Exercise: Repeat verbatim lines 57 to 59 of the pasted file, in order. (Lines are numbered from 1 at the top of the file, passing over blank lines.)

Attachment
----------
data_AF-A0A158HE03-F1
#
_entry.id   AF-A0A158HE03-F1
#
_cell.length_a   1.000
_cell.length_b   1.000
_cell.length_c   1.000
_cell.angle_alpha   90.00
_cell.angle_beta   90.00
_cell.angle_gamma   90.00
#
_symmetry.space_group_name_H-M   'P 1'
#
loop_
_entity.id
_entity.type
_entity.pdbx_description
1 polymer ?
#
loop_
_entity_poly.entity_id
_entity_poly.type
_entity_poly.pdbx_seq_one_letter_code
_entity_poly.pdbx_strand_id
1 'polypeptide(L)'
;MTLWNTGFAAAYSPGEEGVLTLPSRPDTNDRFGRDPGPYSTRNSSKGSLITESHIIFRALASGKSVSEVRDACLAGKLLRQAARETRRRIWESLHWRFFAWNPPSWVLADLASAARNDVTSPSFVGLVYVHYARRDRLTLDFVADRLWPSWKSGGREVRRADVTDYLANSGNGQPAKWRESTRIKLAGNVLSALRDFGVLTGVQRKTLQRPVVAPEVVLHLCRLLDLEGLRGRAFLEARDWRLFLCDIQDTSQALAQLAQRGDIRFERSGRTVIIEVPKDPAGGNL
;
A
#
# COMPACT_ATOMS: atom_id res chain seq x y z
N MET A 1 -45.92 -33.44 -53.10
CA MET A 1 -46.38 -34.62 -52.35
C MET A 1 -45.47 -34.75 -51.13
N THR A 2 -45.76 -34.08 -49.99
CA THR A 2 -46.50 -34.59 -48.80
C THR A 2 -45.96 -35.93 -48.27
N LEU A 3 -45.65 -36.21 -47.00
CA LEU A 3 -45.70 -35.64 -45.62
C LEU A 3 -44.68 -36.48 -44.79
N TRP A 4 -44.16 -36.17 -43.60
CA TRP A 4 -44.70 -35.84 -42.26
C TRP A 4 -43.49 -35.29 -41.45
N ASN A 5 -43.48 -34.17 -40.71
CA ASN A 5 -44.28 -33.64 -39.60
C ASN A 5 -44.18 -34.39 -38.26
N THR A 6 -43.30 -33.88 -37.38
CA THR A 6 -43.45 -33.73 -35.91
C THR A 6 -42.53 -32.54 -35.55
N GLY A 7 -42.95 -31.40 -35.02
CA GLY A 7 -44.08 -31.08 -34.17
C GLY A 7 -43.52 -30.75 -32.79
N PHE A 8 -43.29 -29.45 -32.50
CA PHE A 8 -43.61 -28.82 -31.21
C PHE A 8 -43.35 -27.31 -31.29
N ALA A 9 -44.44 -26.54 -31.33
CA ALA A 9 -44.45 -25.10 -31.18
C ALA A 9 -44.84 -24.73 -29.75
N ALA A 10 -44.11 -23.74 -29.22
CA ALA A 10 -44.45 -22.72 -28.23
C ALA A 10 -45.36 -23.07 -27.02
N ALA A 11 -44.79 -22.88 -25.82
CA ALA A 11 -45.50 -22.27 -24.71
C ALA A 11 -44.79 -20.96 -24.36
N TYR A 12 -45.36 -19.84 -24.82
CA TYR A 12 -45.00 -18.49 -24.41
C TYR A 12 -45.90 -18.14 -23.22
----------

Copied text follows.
C ALA A 9 -44.84 -24.73 -29.75
N ALA A 10 -44.11 -23.74 -29.22
CA ALA A 10 -44.45 -22.72 -28.23